“Wanda, you’re not at all worried that the audience might just see through this little charade?”
“Well, that’s the whole point. In a real magic act, everything is fake.”
The TV show WandaVision begins as Wanda Maximoff and her android-husband Vision move to the 50s-esque suburban New Jersey town, Westview. Audience members familiar with the Marvel Cinematic Universe (MCU) may know Wanda as the Scarlet Witch, who grew up in Sokovia, obsessing over sitcoms on TV until her parents were killed and her brother went missing. Later, while working with the Avengers, Wanda and Vision met, got married, and eventually had twins.
During the second episode of WandaVision, the couple decides to perform a magic act in a town talent show, hoping that their actual superpowers will come off as “fake magic.” When the magic show begins, Vision starts to fly. Their audience is visibly unsettled, if not scared. Noticing this, Wanda makes a rope appear behind him — as if to prove that the stunt is grounded in a deceptive reality, rather than magic itself.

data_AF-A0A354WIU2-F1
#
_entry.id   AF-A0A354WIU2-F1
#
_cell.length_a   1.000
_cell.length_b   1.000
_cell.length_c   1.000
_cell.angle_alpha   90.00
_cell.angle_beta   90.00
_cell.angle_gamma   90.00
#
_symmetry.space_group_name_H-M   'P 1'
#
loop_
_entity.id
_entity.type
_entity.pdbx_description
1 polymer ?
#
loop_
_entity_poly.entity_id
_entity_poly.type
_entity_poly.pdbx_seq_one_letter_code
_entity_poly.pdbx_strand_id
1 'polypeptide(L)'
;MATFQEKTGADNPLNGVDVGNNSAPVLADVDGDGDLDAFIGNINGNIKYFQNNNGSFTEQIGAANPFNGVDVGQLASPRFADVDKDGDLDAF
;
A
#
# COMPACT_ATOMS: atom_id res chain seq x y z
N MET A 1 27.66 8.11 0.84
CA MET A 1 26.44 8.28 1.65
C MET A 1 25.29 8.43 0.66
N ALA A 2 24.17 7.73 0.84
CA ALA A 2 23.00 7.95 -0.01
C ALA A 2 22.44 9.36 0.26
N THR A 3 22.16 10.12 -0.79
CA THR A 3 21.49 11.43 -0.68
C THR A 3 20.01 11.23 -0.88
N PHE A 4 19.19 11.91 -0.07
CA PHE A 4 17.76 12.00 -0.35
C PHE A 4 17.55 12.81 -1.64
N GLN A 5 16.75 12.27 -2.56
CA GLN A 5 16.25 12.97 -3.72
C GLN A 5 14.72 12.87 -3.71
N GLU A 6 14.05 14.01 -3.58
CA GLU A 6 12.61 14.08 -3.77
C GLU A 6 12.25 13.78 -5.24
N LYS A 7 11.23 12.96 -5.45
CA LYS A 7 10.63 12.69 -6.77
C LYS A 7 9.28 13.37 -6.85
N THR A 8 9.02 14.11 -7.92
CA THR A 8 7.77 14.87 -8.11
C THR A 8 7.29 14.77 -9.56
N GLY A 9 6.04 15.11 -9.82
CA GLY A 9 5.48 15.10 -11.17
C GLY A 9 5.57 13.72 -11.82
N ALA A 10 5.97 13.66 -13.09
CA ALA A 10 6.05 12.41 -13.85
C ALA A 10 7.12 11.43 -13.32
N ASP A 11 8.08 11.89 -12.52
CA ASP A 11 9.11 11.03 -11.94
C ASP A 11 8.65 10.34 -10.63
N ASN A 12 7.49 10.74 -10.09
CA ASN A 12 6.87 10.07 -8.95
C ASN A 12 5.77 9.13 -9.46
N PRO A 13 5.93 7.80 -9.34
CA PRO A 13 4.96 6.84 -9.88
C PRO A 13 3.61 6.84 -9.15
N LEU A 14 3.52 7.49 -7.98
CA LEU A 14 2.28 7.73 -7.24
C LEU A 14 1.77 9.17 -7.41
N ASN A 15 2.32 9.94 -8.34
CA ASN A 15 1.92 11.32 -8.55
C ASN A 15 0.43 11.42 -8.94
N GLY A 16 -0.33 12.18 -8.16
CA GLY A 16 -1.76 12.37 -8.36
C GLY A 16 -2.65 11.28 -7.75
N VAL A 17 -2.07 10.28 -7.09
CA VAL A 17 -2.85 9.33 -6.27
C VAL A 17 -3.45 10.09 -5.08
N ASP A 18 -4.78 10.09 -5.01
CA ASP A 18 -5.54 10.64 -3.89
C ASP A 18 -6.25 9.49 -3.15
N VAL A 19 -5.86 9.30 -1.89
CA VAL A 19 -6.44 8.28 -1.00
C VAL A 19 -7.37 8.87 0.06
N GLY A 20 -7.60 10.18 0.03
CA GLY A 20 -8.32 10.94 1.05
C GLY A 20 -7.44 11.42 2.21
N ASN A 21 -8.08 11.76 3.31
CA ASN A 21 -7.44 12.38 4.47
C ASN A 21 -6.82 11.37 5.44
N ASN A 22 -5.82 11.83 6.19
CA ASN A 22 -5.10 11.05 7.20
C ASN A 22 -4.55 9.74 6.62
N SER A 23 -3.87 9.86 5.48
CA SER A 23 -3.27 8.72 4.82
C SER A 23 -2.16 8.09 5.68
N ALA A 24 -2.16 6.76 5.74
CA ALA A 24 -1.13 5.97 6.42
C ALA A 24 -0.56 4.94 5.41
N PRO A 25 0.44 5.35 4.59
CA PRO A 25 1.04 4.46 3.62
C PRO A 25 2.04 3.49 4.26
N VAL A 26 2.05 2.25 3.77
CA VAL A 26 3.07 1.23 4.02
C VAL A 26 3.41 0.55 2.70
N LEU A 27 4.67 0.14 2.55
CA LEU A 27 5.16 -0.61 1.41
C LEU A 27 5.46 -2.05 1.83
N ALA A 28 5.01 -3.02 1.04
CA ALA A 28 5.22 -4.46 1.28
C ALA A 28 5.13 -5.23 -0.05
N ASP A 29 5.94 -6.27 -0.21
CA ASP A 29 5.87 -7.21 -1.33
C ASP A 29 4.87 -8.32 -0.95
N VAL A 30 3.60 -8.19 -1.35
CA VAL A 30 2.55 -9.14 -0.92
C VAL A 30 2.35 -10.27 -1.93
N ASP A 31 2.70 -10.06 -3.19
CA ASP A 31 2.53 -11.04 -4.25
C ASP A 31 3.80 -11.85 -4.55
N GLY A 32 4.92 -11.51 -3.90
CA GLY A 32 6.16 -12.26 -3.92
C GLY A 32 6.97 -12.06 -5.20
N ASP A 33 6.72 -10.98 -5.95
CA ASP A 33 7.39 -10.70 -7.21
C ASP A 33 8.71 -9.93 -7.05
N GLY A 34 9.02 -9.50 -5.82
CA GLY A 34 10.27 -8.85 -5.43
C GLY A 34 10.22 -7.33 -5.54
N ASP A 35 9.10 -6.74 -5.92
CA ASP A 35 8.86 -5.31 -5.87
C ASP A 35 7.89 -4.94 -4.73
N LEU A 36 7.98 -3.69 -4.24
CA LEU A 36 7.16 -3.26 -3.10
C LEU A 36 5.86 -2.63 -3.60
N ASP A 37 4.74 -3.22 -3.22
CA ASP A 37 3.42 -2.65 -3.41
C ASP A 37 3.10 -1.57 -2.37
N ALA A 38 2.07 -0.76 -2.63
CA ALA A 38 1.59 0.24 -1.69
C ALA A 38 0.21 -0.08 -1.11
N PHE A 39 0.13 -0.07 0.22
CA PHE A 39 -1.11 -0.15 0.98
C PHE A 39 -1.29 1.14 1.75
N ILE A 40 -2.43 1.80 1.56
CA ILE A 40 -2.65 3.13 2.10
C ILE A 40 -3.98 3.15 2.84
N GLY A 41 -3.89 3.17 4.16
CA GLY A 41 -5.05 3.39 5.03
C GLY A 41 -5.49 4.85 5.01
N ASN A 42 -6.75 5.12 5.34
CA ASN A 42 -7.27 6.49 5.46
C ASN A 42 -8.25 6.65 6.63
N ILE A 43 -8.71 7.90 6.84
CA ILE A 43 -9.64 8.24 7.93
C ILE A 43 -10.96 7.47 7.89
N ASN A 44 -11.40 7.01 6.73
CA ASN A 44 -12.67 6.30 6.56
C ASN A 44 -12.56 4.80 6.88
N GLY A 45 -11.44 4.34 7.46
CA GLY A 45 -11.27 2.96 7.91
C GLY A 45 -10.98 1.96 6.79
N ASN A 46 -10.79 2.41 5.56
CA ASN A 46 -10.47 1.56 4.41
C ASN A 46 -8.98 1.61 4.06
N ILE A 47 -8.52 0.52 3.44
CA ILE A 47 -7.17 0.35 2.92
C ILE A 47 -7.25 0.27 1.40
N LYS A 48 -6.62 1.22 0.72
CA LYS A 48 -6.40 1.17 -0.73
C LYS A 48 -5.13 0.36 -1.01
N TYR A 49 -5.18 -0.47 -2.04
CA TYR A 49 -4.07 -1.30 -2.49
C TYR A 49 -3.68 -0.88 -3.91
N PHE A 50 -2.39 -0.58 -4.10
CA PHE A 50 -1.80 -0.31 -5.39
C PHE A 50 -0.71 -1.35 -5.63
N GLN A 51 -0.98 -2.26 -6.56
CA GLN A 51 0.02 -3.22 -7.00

“Whoops, you weren’t supposed to see how we did that trick,” Wanda laughs to the audience. The fear disappears. They burst into applause.
This moment highlights the show’s broader theme of characters struggling to contain their amorphous experiences of the world within a hyper-normal realm. At the same time, my understanding of the show’s construction of time felt more magical than “real.” I watched each episode dress itself in a different decade: the first two are shot in black and white, paying tribute to I Love Lucy, Bewitched, and The Dick Van Dyke Show with their presentation of idealized domesticity, high-pitched gasps, laugh-tracked stumbles, and overly emphatic hand gestures. The credits, “live” studio audiences, and newly-introduced color schemes in episode three almost directly mimic those of The Brady Bunch, while costume design in episode five gestures to Full House.